Working at Sierra Club | Glassdoor

Sierra Club Overview

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Oakland, CA
501 to 1000 employees
1892
Nonprofit Organization
Social Assistance
$10 to $25 million (USD) per year
Unknown
Sierra Club has grown to become America's largest grassroots environmental advocacy organization--and also one of its most effective. The Sierra Club promotes outdoor activities and environmental activism on both the local and national levels through political ... Read more

Mission: Explore, enjoy, and protect the planet.

Sierra Club Reviews

3.7
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Sierra Club Executive Director Michael Brune
Michael Brune
48 Ratings
  • "Receptionist General Office Assistant"

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    Current Employee - Receptionist/Administrative Assistant in Los Angeles, CA
    Current Employee - Receptionist/Administrative Assistant in Los Angeles, CA
    Recommends

    I have been working at Sierra Club part-time (More than 3 years)

    Pros

    Wonderful, professional staff and smart, helpful, active volunteers

    Cons

    No money to pay for additional needed staff

See All 151 Reviews

Sierra Club Photos

Sierra Club photo of: Club leaders strike a historic agreement in Los Angeles, CA.
Sierra Club photo of: Staffers at a Charlotte, NC rally.
Sierra Club photo of: Staffers prepare to hit the streets for change.
Sierra Club photo of: Political Interns
See All PhotosSee All

Sierra Club Interviews

Experience

Experience
50%
21%
29%

Getting an Interview

Getting an Interview
78%
11%
5%
3
3

Difficulty

2.9
Average

Difficulty

Hard
Average
Easy
  1. Helpful (1)  

    Community Outreach Coordinator Interview

    Anonymous Interview Candidate in Richmond, VA
    No Offer
    Negative Experience
    Average Interview

    Application

    I applied online. The process took 2+ weeks. I interviewed at Sierra Club (Richmond, VA) in April 2016.

    Interview

    I applied for the Community Outreach Coordinator Position at the Richmond, Va Chapter and received an interview request two days later. I was told that they were hoping for a fairly quick hiring process and we scheduled my phone interview for a week and a half later. The phone interview went really well! I felt like I connected well with the hiring manager and I was very enthusiastic and showed my excitement for the position. The woman was pretty professional over the phone and I got a great feeling about the office and work environment.

    The phone interview happened on a Friday and I received an email Monday evening telling me two things: One that I was qualified for an in person interview (to be scheduled the following week on a Thursday or Friday) and that the hiring manager would get back to me by the end of that current week with a time. Secondly I was asked for a sample of my writing, which I wrote and sent back in a few hours after receiving the email.

    I waited and didn't receive an email by the end of the week and decided to follow-up on Sunday evening with an email inquiry. I was working full time and needed ample time to ask off for the interview that was to be scheduled. I did not hear anything the next day which was a Monday so I decided to give the office a call on Tuesday morning. No one answered so I left a message explaining that I needed to ask off that day if I was going to be able to participate in an in-person interview that Thursday or Friday. I waited and did not receive a phone call or email. Thursday came and went and on Friday I received a rejection email telling me that a lot of people had applied and they decided to go with a more qualified candidate, but that they hoped I would join in their fight by volunteering. They also informed me that because of the amount of applications they had received they wouldn't be able to respond to any application questions based on my application experience.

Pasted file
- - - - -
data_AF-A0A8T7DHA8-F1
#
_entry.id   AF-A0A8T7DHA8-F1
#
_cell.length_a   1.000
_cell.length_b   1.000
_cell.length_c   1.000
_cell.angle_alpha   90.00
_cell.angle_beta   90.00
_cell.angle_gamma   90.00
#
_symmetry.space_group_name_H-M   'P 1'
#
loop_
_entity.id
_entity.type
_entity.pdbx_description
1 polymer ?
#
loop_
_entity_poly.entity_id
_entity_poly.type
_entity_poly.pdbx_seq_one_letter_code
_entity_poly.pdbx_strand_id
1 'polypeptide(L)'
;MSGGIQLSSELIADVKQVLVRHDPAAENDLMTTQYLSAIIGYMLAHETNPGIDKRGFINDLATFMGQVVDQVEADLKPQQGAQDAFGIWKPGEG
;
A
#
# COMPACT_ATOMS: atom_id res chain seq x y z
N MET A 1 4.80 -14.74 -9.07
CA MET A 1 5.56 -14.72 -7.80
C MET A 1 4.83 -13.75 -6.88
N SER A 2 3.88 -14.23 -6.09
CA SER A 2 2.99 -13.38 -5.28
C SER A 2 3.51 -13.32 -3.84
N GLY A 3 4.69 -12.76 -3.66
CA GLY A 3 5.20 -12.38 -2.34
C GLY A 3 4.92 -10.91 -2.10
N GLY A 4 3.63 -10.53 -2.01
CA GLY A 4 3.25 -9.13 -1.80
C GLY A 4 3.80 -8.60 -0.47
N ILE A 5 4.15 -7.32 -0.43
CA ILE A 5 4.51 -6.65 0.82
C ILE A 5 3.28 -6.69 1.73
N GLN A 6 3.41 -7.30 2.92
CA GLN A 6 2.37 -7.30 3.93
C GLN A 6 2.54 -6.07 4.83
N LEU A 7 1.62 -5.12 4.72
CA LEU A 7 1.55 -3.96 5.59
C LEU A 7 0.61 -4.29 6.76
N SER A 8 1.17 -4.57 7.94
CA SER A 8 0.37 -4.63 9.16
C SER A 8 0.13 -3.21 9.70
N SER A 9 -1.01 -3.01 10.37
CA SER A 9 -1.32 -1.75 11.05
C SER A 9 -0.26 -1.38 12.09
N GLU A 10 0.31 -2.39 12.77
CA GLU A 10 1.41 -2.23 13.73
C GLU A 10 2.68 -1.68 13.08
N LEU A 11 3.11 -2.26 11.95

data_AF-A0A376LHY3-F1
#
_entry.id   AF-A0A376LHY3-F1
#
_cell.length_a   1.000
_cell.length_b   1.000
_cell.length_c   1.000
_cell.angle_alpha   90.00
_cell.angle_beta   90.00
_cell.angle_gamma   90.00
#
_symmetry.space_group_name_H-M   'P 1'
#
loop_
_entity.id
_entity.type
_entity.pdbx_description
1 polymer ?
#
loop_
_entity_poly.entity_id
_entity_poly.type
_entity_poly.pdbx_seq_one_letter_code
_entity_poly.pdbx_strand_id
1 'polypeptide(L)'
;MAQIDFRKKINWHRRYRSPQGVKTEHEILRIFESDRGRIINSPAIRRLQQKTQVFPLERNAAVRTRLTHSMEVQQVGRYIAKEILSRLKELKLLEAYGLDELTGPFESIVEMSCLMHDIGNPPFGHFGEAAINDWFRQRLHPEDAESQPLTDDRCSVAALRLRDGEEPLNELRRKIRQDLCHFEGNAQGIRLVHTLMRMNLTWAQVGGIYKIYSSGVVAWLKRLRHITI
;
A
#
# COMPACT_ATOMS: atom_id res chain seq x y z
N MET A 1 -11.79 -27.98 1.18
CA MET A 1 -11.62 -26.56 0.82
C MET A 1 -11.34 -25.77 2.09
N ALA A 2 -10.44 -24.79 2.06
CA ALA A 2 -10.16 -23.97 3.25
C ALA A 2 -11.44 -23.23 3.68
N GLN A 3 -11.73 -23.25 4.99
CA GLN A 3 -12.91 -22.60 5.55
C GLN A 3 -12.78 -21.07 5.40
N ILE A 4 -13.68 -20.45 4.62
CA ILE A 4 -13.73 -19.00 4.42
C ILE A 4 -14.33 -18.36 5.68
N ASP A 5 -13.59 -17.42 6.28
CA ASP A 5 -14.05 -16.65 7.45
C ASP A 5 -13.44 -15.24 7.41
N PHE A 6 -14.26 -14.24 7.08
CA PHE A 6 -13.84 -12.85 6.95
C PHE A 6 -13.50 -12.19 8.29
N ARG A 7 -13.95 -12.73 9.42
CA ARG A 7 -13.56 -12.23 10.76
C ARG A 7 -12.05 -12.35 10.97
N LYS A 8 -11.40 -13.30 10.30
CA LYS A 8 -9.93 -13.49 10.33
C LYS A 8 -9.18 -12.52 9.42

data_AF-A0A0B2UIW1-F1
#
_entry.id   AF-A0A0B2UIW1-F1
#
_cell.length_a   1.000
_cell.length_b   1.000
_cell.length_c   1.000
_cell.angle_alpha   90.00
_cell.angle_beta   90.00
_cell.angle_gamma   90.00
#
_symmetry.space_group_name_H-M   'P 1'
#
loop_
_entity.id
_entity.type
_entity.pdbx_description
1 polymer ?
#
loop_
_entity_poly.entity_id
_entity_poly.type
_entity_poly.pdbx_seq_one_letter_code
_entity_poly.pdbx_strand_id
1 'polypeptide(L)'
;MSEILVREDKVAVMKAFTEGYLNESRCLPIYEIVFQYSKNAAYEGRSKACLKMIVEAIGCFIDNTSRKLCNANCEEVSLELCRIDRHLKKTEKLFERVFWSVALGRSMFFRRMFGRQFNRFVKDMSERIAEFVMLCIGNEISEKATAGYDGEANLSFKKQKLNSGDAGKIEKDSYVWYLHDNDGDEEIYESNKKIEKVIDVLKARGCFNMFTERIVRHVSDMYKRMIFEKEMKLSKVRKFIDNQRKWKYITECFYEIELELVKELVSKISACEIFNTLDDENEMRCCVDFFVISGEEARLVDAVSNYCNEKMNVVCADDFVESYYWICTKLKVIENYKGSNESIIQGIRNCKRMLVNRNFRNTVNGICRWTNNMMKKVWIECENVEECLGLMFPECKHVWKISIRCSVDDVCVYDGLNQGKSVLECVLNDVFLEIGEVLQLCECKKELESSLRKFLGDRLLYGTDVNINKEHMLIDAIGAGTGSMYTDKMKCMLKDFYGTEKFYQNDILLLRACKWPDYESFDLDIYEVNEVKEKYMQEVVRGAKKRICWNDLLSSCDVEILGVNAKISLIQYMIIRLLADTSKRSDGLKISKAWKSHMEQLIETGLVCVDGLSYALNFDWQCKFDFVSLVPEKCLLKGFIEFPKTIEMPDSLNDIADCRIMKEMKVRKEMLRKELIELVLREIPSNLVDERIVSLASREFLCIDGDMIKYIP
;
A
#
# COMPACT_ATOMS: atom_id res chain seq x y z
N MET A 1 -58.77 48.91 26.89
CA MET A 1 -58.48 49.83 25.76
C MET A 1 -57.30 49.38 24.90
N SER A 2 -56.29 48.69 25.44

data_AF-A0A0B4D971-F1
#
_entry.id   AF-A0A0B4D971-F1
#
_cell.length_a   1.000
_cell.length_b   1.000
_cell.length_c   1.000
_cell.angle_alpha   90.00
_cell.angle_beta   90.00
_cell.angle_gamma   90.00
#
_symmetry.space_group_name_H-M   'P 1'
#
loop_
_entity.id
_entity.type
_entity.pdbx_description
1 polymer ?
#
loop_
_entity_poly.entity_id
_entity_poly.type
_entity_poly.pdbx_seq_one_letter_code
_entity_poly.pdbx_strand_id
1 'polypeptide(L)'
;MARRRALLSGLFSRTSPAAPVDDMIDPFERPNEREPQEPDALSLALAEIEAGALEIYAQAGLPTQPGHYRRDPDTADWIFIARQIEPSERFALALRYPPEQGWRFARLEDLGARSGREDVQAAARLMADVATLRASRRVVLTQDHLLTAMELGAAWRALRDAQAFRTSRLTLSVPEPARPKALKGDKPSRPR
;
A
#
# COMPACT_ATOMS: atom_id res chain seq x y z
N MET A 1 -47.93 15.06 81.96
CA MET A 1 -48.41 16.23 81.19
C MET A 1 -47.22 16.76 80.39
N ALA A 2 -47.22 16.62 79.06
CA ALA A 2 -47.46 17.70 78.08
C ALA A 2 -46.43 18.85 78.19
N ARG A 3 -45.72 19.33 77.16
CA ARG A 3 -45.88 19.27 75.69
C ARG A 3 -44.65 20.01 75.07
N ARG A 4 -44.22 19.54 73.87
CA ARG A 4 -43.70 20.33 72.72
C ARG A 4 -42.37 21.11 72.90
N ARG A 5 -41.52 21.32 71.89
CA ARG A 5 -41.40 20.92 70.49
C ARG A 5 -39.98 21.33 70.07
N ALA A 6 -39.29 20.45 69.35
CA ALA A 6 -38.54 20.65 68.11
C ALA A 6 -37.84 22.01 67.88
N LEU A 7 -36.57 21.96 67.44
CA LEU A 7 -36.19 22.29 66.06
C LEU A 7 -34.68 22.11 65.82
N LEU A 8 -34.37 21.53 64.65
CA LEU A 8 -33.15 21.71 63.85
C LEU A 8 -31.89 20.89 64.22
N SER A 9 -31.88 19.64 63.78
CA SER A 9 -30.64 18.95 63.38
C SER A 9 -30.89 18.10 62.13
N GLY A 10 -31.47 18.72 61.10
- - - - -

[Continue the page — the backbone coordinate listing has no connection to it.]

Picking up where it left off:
I was honestly shocked by the lack of professionalism and communication by their office. I was told that I had qualified for an in-person interview, but wasn't given the curtesy of a time scheduled. At the time I was very disappointed because I thought I wanted this job more than any other job I had applied to. After my experience I realized that it was probably for the best because if this is how they communicate with and treat potential employees, then I can't imagine the lack of communication and order they have in the work environment with current employees.

    My advice to anyone applying to the Richmond, Virginia Chapter is to take it slow, interview the hiring manager just as much as they're interviewing you, and make sure you're aware that a lack of communication may be a possibility.

    Interview Questions

    • Why do you want this position?
      Why do you want to work for the Sierra Club?
      Define Climate Change in your own words.
      Tell me what your greatest strength is.
      Tell me what your greatest weakness is.   Answer Question
See All 39 Interviews

Sierra Club Awards & Accolades

  • Women to Watch, Profiles in Diversity Journal, 2015
  • 2013 Women to Watch, Profiles in Diversity Journal, 2013

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